X-rays can also be used in treatment of cancer. Radiation therapy uses high doses of radiation that are directed at tumors and cancerous cells in the brain, lung, prostate, breast, and other areas of the body. Lower energy X-rays can also be used to treat skin cancers. The amount of radiation exposure in radiation therapy is much higher than radiation for diagnostic imaging. 

Are X-rays Dangerous?

X-rays are a type of high-frequency ionizing radiation, which have enough energy to ionize molecules, causing chemical changes. There are natural sources of X-ray radiation, including radiation exposure from space. People who live at high altitude and passengers on an airline have an increased exposure to radiation. 

According to the American Cancer Society, “If ionizing radiation passes through a cell in the body, it can lead to mutations (changes) in the cell’s DNA, the part of the cell that contains its genes (blueprints). Sometimes this causes the cell to die, but sometimes it can lead to cancer later on. The amount of damage caused in the cell is related to the dose of radiation it receives.”

The damage to cells can be immediate and only takes exposure for a fraction of a second. However, when there is enough damage for cancer to develop, it may take years before the extent of the damage becomes known.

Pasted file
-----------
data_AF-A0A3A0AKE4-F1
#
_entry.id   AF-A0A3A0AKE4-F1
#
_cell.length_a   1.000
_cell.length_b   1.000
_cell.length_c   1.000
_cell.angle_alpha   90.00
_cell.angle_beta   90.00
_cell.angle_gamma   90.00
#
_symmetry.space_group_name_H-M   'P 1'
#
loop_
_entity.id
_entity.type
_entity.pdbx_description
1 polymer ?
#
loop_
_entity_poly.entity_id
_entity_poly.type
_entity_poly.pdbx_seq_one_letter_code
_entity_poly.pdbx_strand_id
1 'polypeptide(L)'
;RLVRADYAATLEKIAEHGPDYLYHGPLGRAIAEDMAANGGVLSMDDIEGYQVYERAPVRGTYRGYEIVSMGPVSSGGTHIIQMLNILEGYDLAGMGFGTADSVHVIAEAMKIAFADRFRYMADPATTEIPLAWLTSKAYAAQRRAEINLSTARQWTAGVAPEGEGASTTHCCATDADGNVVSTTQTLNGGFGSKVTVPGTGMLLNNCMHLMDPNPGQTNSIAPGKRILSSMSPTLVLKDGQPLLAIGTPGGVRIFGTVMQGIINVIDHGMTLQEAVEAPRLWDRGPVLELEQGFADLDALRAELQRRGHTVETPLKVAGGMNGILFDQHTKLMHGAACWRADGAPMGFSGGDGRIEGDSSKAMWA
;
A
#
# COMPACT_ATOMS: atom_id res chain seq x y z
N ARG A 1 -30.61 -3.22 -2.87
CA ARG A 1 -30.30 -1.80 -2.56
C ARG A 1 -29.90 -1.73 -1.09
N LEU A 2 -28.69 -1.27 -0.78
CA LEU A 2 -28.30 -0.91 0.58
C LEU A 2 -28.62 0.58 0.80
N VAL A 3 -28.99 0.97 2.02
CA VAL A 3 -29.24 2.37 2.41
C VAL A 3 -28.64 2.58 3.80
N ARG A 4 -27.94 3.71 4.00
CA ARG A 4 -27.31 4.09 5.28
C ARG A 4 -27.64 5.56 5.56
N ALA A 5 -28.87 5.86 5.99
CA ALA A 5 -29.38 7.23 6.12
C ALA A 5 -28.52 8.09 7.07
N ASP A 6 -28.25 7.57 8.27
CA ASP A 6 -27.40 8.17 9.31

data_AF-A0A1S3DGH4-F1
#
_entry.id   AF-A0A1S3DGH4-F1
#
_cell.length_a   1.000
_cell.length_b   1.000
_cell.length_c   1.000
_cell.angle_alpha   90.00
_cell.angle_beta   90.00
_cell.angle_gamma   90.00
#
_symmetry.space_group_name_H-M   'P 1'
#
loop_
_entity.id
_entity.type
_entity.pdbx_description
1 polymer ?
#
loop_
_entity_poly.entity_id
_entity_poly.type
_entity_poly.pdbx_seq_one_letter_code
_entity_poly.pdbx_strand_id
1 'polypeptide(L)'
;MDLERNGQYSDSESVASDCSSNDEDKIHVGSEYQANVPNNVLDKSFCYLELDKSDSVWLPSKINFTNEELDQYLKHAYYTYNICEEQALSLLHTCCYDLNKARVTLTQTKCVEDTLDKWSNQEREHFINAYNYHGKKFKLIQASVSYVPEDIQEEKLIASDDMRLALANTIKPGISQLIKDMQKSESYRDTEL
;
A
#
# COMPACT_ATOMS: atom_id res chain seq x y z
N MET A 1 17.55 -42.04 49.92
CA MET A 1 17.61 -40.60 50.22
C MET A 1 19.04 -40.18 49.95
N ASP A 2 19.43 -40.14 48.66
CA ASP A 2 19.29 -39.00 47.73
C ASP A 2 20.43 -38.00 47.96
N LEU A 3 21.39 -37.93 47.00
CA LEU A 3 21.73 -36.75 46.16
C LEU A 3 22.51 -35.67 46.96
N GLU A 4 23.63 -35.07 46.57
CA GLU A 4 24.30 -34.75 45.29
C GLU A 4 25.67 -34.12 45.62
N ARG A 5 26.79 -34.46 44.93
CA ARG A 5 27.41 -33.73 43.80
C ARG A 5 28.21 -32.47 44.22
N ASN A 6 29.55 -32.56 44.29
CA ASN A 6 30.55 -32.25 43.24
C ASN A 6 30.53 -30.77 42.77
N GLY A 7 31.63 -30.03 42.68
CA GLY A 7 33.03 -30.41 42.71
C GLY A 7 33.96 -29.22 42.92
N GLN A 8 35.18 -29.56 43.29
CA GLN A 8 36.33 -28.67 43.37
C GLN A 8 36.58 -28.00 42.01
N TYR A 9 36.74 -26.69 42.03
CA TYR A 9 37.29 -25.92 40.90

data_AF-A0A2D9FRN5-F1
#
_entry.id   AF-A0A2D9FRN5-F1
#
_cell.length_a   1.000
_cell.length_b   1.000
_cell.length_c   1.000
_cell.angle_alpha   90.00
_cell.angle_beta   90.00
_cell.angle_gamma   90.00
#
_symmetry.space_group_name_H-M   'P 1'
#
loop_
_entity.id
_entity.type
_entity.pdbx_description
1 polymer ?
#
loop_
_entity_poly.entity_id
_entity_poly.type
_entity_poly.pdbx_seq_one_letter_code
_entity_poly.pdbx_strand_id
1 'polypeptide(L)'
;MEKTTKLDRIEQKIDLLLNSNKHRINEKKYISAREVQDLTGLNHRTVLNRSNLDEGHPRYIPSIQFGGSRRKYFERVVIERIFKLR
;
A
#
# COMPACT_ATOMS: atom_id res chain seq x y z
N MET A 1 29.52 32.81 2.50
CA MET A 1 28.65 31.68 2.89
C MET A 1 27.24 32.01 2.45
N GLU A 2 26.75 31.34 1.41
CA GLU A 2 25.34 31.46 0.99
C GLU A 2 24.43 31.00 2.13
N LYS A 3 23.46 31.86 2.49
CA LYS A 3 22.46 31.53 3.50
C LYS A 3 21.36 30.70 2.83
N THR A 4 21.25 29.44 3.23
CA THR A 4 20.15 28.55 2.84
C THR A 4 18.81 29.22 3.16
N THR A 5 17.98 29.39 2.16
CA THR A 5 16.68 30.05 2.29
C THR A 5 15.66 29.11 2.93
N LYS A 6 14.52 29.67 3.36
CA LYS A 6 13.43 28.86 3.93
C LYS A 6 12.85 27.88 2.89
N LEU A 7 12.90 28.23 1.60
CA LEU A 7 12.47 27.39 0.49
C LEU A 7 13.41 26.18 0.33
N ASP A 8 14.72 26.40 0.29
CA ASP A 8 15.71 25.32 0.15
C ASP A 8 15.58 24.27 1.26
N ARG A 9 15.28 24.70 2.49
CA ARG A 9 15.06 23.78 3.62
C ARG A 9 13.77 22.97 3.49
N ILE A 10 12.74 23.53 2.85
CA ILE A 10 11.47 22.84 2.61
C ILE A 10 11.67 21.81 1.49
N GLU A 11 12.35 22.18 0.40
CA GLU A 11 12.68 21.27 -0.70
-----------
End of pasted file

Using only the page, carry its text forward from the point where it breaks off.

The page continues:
X-ray radiation exposure is often expressed as the amount of absorbed dose of energy per unit of mass. The equivalent dose is multiplied by a factor related to the medical effects of radiation exposure, which can be expressed as sieverts (Sv) or millisieverts (mSv, 1/1000th of a sievert). The effective dose refers to the risk of side effects, including developing cancer. 

What Are the Exposure Limits for X-rays?

The amount of X-ray exposure from common medical treatments is relatively small. The annual average radiation exposure in the U.S. is about 3.1 mSv. A chest X-ray for an adult is about 0.1 mSv, which is equivalent to natural radiation exposure over about 10 days. However, other imaging procedures have a much higher effective doses of radiation. 

According to the Radiological Society of North America, examples of procedures and approximate effective radiation dose are as follows: 

  • Computed tomography (CT) of the brain: 1.6 mSv
  • Computed tomography (CT) of the abdomen and pelvis: 7.7 mSv
  • Computed tomography (CT) of the colon: 6.0 mSv
  • Computed tomography (CT) of the spine: 8.8 mSv
  • Computed tomography (CT) of the chest: 6.1 mSv
  • Coronary computed tomography angiography (CTA): 8.7 mSv
  • X-ray of the hand or foot: Less than 0.001 mSv
  • Bone densitometry (DEXA): 0.001 mSv
  • Positron Emission Tomography–Computed Tomography (PET/CT) of the whole body: 22.7 mSv
  • Screening mammography: 0.21 mSv

The risk of tissue damage, cell damage, and cancer development can increase with greater exposure. Exposure can involve single exposure of high doses or multiple procedures over a short period of time with lower doses. In general, there is an increased risk of cancer at radiation doses higher than 100 mSv.